Historical Jesus

Tom Wright, photo by Gareth SaundersN.T. Wright, former bishop of Durham and now at the University of St Andrews, says we may find a rounded portrait of Jesus, a full personality, from the historical documents. To Wright, Jesus considered himself Messiah in a new way, unlike that expected by the Jews at the time though a development from Old Testament thought; Messiah, rather than “second person of the Trinity”.

Between the Jewish concept of Messiah in 1AD, and the Christian concept in 100AD (he finds “CE” patronising) he finds Jesus, doubly similar and different to both. The Gospels seem a credible step between. In the Gospels, Jesus says cryptically what later Christians may say clearly. His clearing the Temple of the sellers is a claim to Messiah status, as are his conversations afterwards, if we may puzzle them out: when the Lord comes, says Zechariah (14:21) there shall no longer be traders in the house of the Lord of Hosts on that day.

What is the purpose of the apocalyptic language? “You shall see the Son of Man descending on the Clouds”- is this a prophecy of the Second Coming, the Rapture of Christians into Heaven, or the end of the laws of physics? No, says Wright. Rather it is, among other things, an elaborate metaphor-system for investing historical events with theological significance. Jesus predicted war with the Romans, which happened in 66-70 with the destruction of the Temple, and 135 with the expulsion of the Jews from Judah. Daniel’s apocalyptic similarly referred to incidents in the Maccabean period.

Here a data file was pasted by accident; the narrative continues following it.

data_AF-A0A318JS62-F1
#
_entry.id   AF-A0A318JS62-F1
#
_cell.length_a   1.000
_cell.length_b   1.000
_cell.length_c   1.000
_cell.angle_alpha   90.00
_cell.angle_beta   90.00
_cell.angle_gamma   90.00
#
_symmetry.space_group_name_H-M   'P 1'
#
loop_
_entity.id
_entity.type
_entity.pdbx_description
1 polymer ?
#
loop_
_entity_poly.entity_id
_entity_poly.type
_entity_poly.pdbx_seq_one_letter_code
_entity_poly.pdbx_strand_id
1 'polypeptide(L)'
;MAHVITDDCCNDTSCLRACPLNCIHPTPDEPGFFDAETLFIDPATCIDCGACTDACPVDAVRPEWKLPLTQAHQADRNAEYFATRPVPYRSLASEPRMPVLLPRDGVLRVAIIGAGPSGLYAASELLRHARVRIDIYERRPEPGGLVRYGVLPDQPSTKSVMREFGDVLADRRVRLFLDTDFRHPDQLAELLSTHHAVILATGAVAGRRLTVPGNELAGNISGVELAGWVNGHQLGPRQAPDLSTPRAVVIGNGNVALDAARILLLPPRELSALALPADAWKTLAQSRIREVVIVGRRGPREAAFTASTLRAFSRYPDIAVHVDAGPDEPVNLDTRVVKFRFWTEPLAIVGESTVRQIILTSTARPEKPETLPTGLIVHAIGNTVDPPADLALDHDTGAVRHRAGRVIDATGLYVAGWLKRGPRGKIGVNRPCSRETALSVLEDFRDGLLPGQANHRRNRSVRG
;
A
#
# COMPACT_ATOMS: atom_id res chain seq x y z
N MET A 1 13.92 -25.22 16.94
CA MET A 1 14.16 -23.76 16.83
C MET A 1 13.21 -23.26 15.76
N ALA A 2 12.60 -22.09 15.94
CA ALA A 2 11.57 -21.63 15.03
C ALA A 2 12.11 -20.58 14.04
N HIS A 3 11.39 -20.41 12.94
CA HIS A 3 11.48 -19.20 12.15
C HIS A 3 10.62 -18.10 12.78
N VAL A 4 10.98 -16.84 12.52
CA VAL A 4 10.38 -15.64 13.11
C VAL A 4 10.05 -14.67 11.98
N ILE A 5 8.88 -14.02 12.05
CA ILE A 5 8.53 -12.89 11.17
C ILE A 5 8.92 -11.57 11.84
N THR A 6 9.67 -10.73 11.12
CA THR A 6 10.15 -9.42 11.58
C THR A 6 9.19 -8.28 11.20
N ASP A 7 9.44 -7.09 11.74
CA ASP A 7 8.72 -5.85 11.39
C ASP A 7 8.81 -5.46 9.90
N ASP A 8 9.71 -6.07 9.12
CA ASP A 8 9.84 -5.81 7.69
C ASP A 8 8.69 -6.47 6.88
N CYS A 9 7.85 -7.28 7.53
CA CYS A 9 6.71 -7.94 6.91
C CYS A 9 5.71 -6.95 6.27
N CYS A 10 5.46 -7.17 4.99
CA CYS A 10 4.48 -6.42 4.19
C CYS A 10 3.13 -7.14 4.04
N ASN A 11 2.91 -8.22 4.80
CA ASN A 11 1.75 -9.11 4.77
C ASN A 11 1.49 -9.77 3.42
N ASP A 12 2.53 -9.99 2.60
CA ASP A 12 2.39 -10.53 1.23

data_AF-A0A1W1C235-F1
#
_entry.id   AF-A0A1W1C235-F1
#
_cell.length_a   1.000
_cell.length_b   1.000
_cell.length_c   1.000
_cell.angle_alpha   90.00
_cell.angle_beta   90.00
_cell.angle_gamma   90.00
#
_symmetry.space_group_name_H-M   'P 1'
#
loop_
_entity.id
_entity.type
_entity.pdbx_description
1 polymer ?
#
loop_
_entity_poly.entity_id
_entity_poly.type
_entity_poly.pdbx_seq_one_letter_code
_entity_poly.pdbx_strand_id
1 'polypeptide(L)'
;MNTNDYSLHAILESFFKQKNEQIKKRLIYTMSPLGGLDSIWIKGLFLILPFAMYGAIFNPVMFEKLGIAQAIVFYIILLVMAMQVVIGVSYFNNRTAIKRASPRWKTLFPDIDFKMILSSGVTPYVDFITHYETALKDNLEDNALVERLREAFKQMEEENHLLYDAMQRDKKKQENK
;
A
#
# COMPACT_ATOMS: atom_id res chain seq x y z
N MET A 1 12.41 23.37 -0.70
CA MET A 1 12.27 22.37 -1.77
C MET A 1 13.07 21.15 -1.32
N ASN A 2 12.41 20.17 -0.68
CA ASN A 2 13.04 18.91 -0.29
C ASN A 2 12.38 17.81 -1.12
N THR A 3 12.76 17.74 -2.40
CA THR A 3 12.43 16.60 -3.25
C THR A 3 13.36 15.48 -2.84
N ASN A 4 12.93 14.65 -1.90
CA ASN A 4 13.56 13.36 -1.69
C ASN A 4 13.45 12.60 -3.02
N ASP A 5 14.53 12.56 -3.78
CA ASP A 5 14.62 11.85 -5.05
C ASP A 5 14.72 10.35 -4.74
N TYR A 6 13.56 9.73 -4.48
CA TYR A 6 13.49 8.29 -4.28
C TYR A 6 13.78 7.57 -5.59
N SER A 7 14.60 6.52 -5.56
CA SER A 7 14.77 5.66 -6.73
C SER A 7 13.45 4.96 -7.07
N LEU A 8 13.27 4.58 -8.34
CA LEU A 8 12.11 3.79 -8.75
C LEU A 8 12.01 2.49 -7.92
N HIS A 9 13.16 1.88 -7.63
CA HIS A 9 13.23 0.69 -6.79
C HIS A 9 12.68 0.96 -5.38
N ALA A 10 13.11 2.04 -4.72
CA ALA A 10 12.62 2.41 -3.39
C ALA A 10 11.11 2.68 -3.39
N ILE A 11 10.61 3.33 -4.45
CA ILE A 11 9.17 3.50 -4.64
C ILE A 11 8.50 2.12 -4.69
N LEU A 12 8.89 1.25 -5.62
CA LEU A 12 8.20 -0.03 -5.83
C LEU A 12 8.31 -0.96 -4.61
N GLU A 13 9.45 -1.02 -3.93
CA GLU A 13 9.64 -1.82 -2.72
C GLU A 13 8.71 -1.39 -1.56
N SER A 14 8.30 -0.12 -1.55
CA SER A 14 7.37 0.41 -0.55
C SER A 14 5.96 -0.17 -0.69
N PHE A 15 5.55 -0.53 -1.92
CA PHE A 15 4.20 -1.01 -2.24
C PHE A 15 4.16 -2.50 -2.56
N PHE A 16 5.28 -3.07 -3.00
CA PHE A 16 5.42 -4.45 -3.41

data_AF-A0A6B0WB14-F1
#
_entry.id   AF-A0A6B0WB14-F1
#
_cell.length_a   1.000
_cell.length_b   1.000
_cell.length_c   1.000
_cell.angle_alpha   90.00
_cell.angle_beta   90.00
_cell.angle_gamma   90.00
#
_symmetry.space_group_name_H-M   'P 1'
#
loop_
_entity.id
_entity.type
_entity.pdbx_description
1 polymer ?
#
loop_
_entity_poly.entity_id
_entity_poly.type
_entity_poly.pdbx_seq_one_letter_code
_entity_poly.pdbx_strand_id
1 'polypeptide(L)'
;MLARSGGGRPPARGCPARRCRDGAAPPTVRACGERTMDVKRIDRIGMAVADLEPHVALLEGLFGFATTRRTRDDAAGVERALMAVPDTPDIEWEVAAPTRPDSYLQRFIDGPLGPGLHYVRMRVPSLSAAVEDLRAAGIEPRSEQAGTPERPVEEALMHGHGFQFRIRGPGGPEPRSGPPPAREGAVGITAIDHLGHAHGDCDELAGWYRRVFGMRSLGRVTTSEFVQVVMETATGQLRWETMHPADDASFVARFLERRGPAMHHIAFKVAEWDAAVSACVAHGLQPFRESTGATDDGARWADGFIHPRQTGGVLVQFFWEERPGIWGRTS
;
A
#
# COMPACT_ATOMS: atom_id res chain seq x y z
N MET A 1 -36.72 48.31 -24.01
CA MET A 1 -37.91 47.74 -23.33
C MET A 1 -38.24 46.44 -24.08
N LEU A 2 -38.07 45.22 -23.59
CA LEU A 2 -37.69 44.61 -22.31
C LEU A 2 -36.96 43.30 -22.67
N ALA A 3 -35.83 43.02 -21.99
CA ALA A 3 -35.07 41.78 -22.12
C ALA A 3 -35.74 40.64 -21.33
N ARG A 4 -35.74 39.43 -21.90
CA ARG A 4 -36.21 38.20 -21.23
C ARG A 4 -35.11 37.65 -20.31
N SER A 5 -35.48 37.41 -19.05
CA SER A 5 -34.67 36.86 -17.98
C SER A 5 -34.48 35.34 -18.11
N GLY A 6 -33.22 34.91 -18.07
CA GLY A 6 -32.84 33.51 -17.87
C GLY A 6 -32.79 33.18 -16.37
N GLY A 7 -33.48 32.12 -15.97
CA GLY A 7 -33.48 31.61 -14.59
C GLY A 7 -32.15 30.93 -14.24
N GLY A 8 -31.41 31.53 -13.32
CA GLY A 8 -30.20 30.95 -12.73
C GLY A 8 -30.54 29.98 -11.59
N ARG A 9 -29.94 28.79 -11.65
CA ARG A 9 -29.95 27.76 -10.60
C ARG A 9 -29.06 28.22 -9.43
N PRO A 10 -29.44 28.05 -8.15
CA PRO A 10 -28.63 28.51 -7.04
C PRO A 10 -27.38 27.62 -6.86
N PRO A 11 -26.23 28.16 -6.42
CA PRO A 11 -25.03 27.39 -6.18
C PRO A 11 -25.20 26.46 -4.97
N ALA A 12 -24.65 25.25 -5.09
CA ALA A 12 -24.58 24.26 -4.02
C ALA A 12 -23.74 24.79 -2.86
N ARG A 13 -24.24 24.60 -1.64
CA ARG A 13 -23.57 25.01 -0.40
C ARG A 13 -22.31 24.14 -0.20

What is the Messiah? The strongest current in Jewish thought at the time was that he would lead the Jews to military victory. All would worship on the Holy Mountain because the Jews told them to. This remains current- I read once that if the Messiah came he would be a fighter pilot. Other currents led towards Jesus’ intent, to lead the Jews into a Kingdom of Heaven by escaping the cycle of violence. “I desire mercy not sacrifice”. This confusion is found in Zechariah, where Wright claims Jesus found much about his role: The Lord of Armies will devour Tyre by fire (9:3-4); yet there are hints that Heaven does not come by military victory. In 13:8-9, two thirds of the people will die, yet the remainder will be the People of God. Here, Heaven comes through defeat. As in the Gospel of Thomas, the Kingdom of Heaven is here, now, as Jesus speaks. It is a new way for people to be, one with another. It remains our job to create it, here.

I thought the Bible shows the history of our learning about God, and Rowan Williams gives this example. In 2 Kings 9-10, the prophet Elisha anoints Jehu King over Israel, and Jehu murders the household of Ahab and Jezebel, the king and queen. This is seen as God’s Will. Yet in Hosea 1:4, the Lord condemns Jehu for that bloodshed. As people see more of God, Love and Mercy come into sharper focus.

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